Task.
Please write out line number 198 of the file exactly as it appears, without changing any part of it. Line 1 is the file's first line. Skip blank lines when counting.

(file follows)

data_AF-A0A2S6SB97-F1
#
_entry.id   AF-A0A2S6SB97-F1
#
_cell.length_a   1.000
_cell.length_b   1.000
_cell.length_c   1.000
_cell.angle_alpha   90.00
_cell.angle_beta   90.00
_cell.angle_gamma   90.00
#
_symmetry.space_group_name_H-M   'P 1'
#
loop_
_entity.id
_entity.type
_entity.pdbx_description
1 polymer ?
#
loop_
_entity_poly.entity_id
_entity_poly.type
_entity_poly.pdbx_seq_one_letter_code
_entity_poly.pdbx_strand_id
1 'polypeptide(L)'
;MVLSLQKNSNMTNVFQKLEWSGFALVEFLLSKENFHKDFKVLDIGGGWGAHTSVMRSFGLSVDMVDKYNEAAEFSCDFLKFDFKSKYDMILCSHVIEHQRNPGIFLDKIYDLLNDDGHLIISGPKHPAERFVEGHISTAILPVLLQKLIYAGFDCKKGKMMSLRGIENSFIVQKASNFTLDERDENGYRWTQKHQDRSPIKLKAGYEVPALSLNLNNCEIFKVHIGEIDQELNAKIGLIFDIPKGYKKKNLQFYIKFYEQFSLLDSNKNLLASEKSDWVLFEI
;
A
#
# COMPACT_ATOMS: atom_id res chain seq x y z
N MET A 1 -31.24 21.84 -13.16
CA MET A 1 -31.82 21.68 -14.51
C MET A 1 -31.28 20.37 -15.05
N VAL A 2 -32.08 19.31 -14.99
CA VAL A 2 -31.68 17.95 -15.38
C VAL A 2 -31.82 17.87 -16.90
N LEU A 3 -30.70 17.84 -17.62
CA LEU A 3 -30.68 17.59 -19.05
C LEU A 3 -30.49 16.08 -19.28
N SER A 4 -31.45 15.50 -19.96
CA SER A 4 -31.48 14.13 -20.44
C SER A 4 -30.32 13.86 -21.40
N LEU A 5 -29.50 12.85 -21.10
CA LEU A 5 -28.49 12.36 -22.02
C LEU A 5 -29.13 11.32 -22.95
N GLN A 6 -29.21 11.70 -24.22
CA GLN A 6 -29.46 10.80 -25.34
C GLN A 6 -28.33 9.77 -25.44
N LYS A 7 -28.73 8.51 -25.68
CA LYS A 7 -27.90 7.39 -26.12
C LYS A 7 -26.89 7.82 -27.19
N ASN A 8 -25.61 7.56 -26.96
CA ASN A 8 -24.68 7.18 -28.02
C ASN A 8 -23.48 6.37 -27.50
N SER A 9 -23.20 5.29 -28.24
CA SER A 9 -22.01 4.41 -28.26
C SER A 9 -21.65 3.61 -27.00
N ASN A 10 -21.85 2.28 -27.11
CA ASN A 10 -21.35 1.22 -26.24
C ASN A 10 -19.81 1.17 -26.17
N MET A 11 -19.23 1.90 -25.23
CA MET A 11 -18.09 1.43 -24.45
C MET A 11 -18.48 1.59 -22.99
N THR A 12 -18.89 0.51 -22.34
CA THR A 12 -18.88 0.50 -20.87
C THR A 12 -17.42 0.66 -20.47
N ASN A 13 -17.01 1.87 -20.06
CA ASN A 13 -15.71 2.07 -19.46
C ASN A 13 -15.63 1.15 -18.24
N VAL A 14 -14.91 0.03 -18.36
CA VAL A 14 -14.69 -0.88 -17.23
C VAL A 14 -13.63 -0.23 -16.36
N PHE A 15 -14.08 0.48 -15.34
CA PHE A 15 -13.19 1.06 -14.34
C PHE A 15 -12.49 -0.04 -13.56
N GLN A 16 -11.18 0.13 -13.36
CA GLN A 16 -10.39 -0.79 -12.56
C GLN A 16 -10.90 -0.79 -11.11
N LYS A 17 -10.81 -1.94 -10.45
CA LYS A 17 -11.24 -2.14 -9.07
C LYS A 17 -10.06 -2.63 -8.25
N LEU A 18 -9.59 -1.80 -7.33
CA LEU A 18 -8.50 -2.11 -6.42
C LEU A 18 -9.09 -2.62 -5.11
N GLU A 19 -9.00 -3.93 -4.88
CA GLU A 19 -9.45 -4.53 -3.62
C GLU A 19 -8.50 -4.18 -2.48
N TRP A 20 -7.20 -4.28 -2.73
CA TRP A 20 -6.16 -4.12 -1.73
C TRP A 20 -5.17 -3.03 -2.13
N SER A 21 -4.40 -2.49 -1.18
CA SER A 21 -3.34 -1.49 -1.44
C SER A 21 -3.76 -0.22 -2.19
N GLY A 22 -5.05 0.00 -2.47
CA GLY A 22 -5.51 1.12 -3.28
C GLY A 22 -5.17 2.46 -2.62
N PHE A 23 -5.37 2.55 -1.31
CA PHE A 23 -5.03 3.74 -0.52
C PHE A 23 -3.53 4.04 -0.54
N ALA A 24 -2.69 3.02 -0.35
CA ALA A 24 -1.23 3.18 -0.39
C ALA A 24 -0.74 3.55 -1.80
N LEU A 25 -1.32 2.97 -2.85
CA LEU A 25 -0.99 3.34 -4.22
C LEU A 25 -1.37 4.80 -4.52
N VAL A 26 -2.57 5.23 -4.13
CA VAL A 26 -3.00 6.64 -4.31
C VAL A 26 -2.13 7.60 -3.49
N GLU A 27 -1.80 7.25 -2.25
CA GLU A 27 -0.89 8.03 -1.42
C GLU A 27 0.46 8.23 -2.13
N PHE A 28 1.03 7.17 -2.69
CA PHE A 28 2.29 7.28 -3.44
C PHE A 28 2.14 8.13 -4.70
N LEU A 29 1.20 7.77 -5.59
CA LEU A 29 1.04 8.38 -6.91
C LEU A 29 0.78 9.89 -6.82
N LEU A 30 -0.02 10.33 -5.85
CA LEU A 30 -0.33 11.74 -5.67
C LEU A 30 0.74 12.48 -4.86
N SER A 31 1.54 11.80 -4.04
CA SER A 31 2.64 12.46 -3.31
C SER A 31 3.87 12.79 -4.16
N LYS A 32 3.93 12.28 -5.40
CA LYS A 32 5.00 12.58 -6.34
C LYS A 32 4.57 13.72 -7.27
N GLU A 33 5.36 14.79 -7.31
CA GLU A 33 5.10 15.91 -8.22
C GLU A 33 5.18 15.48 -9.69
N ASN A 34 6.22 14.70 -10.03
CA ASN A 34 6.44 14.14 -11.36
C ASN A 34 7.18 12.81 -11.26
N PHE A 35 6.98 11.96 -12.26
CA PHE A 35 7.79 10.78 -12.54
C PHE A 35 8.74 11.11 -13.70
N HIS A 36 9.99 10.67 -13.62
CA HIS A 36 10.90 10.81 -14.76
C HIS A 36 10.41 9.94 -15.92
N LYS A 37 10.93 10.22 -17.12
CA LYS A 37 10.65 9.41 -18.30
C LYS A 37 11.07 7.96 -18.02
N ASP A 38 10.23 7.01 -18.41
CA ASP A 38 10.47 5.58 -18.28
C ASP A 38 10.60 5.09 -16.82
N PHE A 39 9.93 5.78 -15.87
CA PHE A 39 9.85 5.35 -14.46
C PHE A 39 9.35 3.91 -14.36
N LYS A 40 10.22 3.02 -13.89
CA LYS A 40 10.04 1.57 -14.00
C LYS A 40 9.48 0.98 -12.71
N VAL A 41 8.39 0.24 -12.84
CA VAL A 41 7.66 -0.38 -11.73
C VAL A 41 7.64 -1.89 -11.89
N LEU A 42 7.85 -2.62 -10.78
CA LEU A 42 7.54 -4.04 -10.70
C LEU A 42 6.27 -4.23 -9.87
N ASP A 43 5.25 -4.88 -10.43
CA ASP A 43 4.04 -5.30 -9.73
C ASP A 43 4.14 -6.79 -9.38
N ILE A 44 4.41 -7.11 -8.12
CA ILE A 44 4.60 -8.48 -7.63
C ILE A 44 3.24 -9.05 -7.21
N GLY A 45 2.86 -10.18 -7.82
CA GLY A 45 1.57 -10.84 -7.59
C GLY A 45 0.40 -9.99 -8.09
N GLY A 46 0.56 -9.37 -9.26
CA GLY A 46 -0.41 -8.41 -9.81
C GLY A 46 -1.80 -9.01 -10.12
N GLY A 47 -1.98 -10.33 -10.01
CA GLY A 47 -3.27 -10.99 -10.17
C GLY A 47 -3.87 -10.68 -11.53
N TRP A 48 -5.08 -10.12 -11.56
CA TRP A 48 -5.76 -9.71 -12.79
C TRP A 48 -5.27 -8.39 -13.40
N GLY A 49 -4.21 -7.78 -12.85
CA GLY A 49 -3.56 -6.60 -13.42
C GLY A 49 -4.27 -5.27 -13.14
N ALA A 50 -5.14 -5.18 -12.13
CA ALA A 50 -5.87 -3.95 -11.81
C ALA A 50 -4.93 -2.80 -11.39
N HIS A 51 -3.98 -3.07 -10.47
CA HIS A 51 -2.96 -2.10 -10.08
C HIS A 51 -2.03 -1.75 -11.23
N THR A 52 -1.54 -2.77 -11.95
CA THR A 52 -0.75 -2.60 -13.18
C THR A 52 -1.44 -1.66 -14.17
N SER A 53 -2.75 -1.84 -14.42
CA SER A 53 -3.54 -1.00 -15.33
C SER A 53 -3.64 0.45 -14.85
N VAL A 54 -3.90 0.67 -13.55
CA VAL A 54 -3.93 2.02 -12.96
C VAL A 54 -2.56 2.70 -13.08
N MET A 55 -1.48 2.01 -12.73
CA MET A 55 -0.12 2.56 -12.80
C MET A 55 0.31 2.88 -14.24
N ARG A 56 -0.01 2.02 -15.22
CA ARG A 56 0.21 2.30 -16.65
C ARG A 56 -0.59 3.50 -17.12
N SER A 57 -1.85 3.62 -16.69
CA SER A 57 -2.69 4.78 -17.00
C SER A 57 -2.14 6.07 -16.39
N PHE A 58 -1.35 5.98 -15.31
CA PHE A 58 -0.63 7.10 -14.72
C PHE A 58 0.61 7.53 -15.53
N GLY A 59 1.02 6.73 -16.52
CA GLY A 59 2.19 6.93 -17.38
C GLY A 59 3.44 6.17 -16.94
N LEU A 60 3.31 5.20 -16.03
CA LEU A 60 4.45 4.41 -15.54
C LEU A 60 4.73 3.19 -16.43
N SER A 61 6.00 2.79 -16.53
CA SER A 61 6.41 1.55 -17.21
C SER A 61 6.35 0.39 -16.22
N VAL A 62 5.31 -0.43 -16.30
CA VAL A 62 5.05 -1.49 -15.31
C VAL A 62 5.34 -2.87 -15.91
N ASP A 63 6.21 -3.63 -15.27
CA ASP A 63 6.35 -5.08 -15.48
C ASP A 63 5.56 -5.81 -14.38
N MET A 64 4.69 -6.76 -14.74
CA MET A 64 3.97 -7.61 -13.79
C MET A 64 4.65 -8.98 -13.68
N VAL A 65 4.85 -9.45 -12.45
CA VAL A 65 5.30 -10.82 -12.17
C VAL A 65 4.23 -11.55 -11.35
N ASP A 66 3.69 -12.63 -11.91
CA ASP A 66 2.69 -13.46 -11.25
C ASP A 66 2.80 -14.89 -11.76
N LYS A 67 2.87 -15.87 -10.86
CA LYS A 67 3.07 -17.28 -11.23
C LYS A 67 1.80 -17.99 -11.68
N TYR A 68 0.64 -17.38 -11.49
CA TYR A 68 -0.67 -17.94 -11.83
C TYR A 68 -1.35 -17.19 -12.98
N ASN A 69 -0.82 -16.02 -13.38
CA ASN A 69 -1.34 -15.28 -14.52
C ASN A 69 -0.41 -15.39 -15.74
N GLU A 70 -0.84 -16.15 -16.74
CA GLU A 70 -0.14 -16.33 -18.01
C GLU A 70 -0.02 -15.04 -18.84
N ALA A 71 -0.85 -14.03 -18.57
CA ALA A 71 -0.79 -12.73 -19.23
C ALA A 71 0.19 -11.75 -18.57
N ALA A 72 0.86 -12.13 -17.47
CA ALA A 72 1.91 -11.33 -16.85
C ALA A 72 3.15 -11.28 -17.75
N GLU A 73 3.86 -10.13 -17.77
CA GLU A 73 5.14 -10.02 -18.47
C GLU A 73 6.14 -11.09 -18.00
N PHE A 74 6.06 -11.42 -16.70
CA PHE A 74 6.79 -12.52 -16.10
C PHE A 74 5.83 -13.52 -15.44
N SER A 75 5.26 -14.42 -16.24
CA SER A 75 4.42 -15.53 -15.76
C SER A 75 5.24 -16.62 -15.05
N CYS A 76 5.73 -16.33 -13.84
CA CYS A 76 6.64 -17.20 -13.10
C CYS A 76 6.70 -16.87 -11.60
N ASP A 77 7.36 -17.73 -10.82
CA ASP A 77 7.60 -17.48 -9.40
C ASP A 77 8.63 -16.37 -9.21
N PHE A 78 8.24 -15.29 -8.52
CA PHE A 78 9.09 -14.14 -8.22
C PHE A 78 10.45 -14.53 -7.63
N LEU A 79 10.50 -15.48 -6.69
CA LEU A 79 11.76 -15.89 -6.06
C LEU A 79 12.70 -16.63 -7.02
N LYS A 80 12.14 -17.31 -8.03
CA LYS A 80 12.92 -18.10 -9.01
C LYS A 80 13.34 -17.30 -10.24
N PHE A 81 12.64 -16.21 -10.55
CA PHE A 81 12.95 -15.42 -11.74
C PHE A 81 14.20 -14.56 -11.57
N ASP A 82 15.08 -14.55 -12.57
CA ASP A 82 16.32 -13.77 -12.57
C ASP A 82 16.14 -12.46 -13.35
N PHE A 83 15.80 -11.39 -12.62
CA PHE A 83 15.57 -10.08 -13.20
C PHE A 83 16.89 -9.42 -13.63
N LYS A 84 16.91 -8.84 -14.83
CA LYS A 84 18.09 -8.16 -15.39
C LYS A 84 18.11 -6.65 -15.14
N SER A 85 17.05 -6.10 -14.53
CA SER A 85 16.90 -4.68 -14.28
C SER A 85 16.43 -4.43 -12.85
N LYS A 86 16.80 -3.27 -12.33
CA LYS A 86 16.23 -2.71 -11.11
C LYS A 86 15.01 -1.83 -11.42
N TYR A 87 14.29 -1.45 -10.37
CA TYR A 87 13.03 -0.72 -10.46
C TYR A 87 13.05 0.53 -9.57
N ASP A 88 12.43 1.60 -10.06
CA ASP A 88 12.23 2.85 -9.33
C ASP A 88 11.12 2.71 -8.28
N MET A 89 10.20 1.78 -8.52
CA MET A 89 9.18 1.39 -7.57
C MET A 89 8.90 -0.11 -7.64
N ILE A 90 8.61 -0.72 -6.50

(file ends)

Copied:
C ARG A 56 -0.59 3.50 -17.12